A short in-between blog to share our surprise visitor with you this week….we had a sea eagle over Loch Davan! They’ve been seen on the reserve before- usually when the toads are breeding, when they come and eat clawfuls in one go- but this is the first time I’ve seen here. I was trying to count ducks on Loch Davan when I spotted the great crested grebes with their chicks. It’s been windy and I hadn’t seen them much before- they had been staying tucked into the reeds for shelter – so I pulled out the camera to try and get a couple of pictures. Great crested grebes have very cute, stripy babies, so I was feeling pretty chuffed at seeing them, even distantly.
And I was well tickled when one of the babies climbed onto mum’s back. Grebes often carry their babies on their backs but these are getting a bit big for this- mum looked in real danger of sinking!
When you’re taking a picture, you can only see down the camera – you’re not so aware of what’s happening around you. I was suddenly aware of the ducks all taking off and belting through the picture frame. Hullo, I thought, wonder what’s scared them? And looked up to see a big bird circling. My first, instant, thought was osprey- usually, here, loch+big bird= osprey. But, cue classic double take- that’s not an osprey! Way, way, waaaaaaaaay too big. Sea eagle!
Sea (or white-tailed) eagles are huge. They have an 8-foot wingspan and look almost rectangular in flight. “Over -specified” is the term that comes to mind – huge wings, massive feet and a frighteningly large hooked beak all make for a spectacular bird. This is a young bird-not quite adult, but not far off, probably about 3-4 years old. It was most definitely on the hunt and its first move was to have a go at a heron that was fishing by the mouth of the Logie Burn.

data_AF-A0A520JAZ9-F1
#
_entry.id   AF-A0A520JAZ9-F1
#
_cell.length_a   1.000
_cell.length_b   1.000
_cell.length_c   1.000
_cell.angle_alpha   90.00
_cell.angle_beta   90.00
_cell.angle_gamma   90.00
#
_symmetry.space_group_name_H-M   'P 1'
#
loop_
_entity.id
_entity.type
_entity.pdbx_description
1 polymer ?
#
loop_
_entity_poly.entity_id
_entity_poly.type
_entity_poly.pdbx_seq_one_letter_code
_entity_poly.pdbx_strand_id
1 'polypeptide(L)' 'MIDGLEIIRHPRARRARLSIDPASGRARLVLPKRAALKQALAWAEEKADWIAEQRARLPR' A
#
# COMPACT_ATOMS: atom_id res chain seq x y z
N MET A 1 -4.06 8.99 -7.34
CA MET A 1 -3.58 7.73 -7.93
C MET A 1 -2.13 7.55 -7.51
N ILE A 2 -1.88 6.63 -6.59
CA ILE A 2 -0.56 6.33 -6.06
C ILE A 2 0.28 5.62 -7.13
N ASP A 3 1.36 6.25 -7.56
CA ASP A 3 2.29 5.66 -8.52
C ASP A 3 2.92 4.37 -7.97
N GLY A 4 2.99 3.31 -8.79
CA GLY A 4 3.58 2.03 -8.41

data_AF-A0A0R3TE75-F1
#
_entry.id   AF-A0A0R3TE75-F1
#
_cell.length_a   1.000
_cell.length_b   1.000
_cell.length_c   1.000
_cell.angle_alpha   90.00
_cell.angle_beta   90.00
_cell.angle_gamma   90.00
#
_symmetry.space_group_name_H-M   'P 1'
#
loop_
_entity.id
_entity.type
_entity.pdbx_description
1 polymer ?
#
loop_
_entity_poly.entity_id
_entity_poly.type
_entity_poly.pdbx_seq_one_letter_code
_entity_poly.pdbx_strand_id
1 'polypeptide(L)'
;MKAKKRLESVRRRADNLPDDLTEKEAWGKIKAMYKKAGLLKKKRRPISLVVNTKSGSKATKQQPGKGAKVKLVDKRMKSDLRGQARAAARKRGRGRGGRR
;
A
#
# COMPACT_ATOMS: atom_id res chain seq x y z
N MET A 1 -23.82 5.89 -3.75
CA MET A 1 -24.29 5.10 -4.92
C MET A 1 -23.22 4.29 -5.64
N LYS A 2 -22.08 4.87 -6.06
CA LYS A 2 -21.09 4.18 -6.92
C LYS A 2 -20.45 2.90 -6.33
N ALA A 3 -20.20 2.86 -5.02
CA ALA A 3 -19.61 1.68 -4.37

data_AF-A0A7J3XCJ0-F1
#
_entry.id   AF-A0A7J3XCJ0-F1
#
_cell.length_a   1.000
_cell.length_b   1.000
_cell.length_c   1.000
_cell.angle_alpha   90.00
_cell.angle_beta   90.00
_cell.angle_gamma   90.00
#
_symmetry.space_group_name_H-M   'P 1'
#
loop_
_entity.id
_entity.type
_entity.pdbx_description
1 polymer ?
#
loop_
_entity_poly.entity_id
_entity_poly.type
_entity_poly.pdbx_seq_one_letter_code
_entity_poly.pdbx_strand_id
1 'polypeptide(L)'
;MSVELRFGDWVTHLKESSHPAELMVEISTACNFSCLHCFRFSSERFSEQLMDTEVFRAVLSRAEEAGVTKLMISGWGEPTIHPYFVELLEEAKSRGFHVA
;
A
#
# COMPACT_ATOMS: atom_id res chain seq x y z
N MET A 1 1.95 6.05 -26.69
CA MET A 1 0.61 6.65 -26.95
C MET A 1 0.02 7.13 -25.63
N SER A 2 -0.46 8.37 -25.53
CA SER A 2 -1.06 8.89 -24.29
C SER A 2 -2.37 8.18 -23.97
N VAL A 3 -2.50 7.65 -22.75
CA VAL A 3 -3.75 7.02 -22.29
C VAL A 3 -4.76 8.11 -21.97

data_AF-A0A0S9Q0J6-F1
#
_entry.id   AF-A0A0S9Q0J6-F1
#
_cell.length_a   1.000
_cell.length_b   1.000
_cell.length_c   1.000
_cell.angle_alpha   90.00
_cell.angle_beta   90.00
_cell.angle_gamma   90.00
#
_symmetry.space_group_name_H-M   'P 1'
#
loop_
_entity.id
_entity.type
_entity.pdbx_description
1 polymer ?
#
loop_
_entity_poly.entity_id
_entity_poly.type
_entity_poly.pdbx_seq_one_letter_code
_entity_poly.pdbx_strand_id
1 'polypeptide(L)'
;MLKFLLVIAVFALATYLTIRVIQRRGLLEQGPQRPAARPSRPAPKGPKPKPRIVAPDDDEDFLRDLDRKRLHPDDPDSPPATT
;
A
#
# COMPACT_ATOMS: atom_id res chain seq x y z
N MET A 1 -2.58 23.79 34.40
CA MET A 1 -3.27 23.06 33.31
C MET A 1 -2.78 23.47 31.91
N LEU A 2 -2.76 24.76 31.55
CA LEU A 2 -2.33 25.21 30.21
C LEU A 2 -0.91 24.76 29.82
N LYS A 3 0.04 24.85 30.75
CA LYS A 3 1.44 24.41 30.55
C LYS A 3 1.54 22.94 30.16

I’ve never seen a heron get airborne so quickly! They kind of lumber into flight but this one had to be pretty sharp about getting into the air. Herons are a favourite prey of both sea and golden eagles, especially on the west coast. The heron was frantically struggling to stay above the eagle, out of talon range. It managed to get away so the eagle turned its attention to the local ducks.
A lot of the ducks can’t fly just now; they have moulted out all of their flight feathers. However, the eagle picked a mallard that could fly and pursued it right across the loch, getting closer and closer all the time. Just as I was sure it was going to snatch the bird from the air, the mallard turned on a wingtip, crashed into the loch and dived. Mallard don’t normally dive, but can if they have to- like when they’re just about to be eaten. I think it surfaced in the reeds as the eagle hovered there for ages, trying to spot it. But it had to give up on that one and had another go at the rest of the ducks- coming much closer as it did so!
The bird came so close I could make out that it was ringed, but unfortunately, couldn’t tell any colours even from the photos. however, it does have a distinctive notch in the primary feathers on its right wing- so someone may have seen this bird elsewhere recently. We’d be interested in hearing if you have seen it.
It spend about 20 minutes harassing the ducks but to my huge surprise, didn’t have a go at the swans (they have nice, fat, juicy-looking cygnets) or the geese. When you have an 8-foot wingspan, you can easily eat something that size! I eventually lost in the trees to the south of the loch but it was a fantastic experience seeing a bird of this size close-up. I’ve seen sea eagles before, but usually at about 10 000 feet up or sitting looking vaguely untidy in a tree. To see the bird actively hunting, and at Dinnet, will be a treasured memory.
Oh, and I never did get the ducks counted in the end.